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In our previous blogs, we discussed the emergence of XDR and its differentiation compared to other security solutions as well as its use cases and the role of the MITRE ATT&CK framework. In this 3rd and final blog of the XDR mini-series, we’ll discuss some challenges organizations may face while trying to implement XDR solutions.

XDR Deployment

As with any other security solution, introducing new products requires internal buy-in from stakeholders that may be resistant to change. After all, with medium-sized businesses using 50-60 security products and enterprises using up to 130, it may prove difficult for the CISO or the major decision-maker to convince the rest of his team that purchasing yet another security solution will be a worthwhile endeavor. Additionally, the biggest hurdle that XDR must overcome is collecting and correlating detections and other activity across multiple security layers, which include server, email, endpoint, network, and cloud workloads. According to Peter Firstbrook, VP Analyst at Gartner, “centralization and normalization of data also help improve detection by combining softer signals from more components to detect events that might otherwise be ignored.” The strongest capability of XDR is being able to provide a complete story from the initial breach, through lateral movement, to exfiltration of sensitive information. This hinges on accurate information funneling into a common data lake from the security layers.

Limited Automation (at first)

In the cybersecurity space, the biggest constraint is time. Resources (talent, capital) have remained stagnant while the number of breaches has increased exponentially each year, catalyzing a widespread adoption of automation for security processes. Doing the most in the least amount of time (with limited resources) has become the benchmark of success for most security organizations. With embedded artificial intelligence and machine learning, XDR aims to further reduce manual efforts and allow scarce security analysts to be as efficient as possible. However, reaping benefits from XDR will take time. Following the initial implementation of an XDR solution (this alone could take substantial time), the machine learning model will need to gain knowledge and make refinements over time to strengthen its detection capabilities. Realizing immediate ROI from adopting an XDR solution might not be pragmatic.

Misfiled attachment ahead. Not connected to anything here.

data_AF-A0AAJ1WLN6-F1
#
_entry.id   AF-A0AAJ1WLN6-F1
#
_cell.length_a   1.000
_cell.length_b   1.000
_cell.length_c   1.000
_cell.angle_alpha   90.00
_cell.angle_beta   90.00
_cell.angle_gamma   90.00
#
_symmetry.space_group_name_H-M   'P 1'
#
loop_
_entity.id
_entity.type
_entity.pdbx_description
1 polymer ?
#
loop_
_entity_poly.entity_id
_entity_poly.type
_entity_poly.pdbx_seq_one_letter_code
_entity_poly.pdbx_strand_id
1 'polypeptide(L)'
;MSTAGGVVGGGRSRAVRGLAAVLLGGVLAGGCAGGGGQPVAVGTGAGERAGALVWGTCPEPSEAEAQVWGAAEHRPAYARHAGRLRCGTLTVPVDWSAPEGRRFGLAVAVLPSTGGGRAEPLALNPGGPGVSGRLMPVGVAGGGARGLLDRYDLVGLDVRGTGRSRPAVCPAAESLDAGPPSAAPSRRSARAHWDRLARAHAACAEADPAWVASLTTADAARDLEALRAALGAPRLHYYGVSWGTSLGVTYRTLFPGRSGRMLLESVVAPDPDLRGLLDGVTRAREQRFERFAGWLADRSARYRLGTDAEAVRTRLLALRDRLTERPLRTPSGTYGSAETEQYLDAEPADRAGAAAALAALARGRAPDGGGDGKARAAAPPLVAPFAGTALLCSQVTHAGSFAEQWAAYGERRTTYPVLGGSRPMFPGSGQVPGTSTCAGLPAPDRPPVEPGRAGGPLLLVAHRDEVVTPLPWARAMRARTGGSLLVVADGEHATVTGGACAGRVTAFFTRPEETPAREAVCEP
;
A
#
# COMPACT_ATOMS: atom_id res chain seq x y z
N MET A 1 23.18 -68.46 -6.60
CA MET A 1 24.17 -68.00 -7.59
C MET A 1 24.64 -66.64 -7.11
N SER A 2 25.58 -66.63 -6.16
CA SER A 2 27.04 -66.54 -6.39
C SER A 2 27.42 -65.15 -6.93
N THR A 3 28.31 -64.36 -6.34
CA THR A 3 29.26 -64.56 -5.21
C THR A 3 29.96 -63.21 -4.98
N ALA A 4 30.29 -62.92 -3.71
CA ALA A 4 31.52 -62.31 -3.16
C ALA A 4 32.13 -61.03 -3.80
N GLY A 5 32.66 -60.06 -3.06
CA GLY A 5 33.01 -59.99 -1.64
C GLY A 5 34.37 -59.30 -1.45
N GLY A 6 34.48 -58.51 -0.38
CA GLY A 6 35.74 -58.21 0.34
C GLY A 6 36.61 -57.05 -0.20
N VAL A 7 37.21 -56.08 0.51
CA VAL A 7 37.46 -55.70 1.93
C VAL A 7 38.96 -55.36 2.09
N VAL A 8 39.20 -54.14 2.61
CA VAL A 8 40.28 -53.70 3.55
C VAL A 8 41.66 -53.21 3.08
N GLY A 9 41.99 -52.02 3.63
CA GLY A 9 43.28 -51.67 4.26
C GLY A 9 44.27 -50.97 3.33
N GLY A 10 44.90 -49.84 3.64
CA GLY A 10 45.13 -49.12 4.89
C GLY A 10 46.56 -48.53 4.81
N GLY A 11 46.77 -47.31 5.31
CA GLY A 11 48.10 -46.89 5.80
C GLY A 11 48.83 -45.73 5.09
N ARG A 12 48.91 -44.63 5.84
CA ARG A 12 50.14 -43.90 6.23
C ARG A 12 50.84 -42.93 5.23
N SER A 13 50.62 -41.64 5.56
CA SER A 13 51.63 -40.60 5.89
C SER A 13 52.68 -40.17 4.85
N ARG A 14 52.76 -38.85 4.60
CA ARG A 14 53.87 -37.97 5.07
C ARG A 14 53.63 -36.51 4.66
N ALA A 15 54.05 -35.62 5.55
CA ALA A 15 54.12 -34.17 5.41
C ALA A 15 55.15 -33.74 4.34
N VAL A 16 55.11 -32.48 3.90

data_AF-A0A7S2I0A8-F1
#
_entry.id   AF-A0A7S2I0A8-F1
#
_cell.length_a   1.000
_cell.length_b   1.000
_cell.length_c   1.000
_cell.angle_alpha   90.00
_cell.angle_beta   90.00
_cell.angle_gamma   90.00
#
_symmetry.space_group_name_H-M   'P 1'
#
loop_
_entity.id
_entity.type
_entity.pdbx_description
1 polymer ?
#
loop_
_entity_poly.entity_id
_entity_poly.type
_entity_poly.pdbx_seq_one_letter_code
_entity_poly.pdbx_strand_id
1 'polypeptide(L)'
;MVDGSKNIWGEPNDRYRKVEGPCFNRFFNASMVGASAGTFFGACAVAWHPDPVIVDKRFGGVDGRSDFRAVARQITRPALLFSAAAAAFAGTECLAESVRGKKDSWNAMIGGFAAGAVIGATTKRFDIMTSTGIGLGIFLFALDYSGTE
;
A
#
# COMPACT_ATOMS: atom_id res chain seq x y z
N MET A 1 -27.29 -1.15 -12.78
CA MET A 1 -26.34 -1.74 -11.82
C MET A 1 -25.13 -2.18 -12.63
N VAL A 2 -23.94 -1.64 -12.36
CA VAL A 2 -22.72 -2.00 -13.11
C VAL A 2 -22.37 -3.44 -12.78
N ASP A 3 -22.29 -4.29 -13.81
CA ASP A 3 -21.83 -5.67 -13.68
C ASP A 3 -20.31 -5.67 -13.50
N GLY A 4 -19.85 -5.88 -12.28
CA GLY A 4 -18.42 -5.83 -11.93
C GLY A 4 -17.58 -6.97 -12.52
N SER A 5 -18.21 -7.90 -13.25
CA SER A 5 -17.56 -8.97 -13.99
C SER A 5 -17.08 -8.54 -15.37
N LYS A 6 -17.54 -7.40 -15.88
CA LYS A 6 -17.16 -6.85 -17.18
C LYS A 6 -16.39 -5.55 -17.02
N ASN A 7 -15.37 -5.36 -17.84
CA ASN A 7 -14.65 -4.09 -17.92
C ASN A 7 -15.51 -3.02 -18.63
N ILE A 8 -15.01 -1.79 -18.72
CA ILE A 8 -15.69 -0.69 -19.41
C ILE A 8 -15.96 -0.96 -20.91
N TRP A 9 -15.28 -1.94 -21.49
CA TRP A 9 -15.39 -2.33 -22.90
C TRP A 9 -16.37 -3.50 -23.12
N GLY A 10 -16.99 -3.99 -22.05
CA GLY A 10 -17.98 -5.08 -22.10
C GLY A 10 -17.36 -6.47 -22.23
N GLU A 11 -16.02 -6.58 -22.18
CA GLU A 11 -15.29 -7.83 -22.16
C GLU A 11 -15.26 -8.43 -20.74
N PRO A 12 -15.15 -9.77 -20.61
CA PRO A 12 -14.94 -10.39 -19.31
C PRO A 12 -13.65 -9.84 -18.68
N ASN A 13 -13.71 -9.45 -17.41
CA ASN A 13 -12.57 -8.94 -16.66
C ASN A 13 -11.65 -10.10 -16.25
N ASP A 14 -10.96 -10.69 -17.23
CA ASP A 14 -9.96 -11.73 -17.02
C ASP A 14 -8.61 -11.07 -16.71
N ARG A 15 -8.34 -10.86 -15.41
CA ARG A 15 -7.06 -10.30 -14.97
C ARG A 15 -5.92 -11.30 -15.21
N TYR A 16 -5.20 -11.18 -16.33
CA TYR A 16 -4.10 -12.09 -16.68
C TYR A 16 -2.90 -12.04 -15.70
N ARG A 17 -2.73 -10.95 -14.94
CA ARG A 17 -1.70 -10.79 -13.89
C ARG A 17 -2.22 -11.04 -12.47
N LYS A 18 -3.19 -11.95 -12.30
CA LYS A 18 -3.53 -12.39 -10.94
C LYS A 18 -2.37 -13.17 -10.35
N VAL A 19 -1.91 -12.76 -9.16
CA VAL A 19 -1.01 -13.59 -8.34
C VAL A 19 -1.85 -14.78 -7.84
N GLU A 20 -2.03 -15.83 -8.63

Integration with existing investments

One of the most prominent value props of XDR is minimizing the heavy lifting that is required from SOC analysts. According to a Ponemon report published earlier this year, 70% of respondents agreed that SOC analysts burn out quickly due to high-pressure environment and workload. While a SOC within an organization can receive up to 10,000 alerts per day, an analyst can only validate 100 per day, indicating that they spend the majority of their time sifting through an overwhelming amount of information trying to identify legitimate incidents. In an ideal scenario, an XDR solution will be the panacea that completely revolutionizes SOC processes. However, given that the field is still in its infancy and there are currently limited XDR vendors that offer ready-to-be-launched products, XDR solutions will still need to depend on existing SOC technology. Integrations with existing technologies that comprise the modern SOC will have to be a necessary trait of XDR solutions and although it may be difficult, finding that elusive balance of interoperability and innovation will be the key to successful implementation.


Interested to learn more? Join our VMworld 2020 XDR session, where our security experts, Tom Corn, SVP of Product Marketing and Strategy, and Brad Doctor, Senior Director of Information Security will discuss how VMware is extending EDR capabilities in the Carbon Black Cloud to take advantage of new sources of telemetry and enhance response capabilities to deliver Native XDR.

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